1. The walls
The first technique developed for the realization of the walls provides the use of a mortar with a low amount of water; such material is placed and formed on site realizing a wall with the stratification of various layers of material, respecting its hardening times; in figure 1 a view of the city at the beginning, during the realization of the walls.
A layer of plaster was placed on the wall to enhance the aesthetic characteristics.
The described technique has the undoubted advantage to permit the realization of buildings with any type of base shape, even highly irregular; the disadvantages, which led this technique to its end, are essentially two:
- The inability to realize decorative elements on the walls (pilasters, cornices, etc.).
- The lack of precision in the construction of the walls.
Due to these problems, it was decided in 2002 to explore new solutions, starting from an experimental building made in the year 1996, for which was used chalk, material which implies the use of molds and forms to its containment.
The development of the technique that is based on the realization of prefabricated panels allowed to build all the monumental constructions and has gradually supplanted the previous technique even for small houses.
The realization of a wall with such technique begins with the deposition of the first layer of material on a shaped ground, defining also the forms of the doors and the windows (figure 2); once hardened, is put on the rough surface another layer of material in order to level the surface of the wall and assure a regular aspect; then are made all the needed embellishments.
The walls are also assembled on site, once realized the foundations (figures 3 and 4), and finally covered with a colored mortar (figure 5).
The same technique is used to realize the accessories for the buildings, like the internal walls or the chimneys (figure 6).
2. The paves and the floors
The first streets were dirt tracks; due to the slope this road surface led to a strong erosion, implying continuous reparations.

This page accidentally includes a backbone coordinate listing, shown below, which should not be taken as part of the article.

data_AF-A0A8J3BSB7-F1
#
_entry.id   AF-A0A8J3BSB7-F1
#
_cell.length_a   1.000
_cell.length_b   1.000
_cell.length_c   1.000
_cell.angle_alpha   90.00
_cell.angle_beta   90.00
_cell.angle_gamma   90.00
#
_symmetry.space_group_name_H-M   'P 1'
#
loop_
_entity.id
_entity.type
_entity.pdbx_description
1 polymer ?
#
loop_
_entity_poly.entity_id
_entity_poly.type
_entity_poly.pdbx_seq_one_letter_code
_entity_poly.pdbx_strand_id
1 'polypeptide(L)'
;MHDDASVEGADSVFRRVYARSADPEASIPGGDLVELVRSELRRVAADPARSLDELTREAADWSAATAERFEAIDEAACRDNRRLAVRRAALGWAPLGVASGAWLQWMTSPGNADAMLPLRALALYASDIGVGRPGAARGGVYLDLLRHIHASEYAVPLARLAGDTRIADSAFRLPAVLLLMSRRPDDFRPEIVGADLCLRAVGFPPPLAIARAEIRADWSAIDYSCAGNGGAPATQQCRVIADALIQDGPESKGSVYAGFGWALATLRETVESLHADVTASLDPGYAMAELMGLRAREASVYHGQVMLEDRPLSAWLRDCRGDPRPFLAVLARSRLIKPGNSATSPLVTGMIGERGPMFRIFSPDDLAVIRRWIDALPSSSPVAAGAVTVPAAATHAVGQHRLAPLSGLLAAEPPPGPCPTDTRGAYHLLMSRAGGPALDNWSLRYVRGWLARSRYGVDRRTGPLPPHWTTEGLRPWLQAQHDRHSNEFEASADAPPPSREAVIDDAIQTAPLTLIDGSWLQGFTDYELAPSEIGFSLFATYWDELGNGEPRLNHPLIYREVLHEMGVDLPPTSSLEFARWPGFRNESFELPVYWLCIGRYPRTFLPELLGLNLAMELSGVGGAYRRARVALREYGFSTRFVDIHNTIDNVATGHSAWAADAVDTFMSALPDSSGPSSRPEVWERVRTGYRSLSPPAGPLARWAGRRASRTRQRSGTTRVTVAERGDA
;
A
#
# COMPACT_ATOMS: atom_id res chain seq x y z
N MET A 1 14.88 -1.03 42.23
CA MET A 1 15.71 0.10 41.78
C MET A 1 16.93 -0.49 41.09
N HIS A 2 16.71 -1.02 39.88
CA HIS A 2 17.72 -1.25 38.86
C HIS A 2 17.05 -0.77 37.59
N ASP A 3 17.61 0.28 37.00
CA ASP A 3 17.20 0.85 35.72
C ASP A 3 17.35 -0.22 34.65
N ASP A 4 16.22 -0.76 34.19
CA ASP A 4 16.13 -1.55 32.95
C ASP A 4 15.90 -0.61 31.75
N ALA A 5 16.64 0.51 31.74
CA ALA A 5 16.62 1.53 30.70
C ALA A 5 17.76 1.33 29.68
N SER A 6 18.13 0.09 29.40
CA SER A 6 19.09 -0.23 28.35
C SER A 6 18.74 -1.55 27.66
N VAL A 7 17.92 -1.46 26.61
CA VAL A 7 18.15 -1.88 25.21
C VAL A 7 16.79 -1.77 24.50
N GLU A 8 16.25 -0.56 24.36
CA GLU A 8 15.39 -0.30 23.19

It was therefore necessary to realize a stone covering to avoid this problem and ensure at the same time an aesthetic enrichment of the whole ensemble.
The first concrete covering was a simply deposition of a layer of cement; this solved the problem of erosion, but did not provide an appreciable aesthetic improvement.
For this purpose was rediscovered an experiment performed in the early years (1996), where concrete irregular tiles where placed on a cement cast, giving to the street the typical appearance of an old Roman road (figure 7).
Over the time, however, it became necessary to look for new types of coverage, characterized by regular patterns and higher resistance.
The answer was the realization of regularly cut tiles with standardized dimensions and a greater thickness; these stones are now used for almost every covering (figure 8).
This technique is also used for the floors of the buildings, where the tiles are also colored (figures 9 and 10).
3. The roofs
The first roofs of the town were made of a single cement layer performed on site.
With the development of the road covering techniques some knowledge has been applied to the creation of tiled roofs (figure 11); through the years the tiles have become smaller and smaller, at least even colored, as made for the floor of the buildings (figure 12); in this case the coloration is absolutely random and gives the roof a realistic aspect.
The laying of the tiles can be performed on site or using special ribs (figure 13).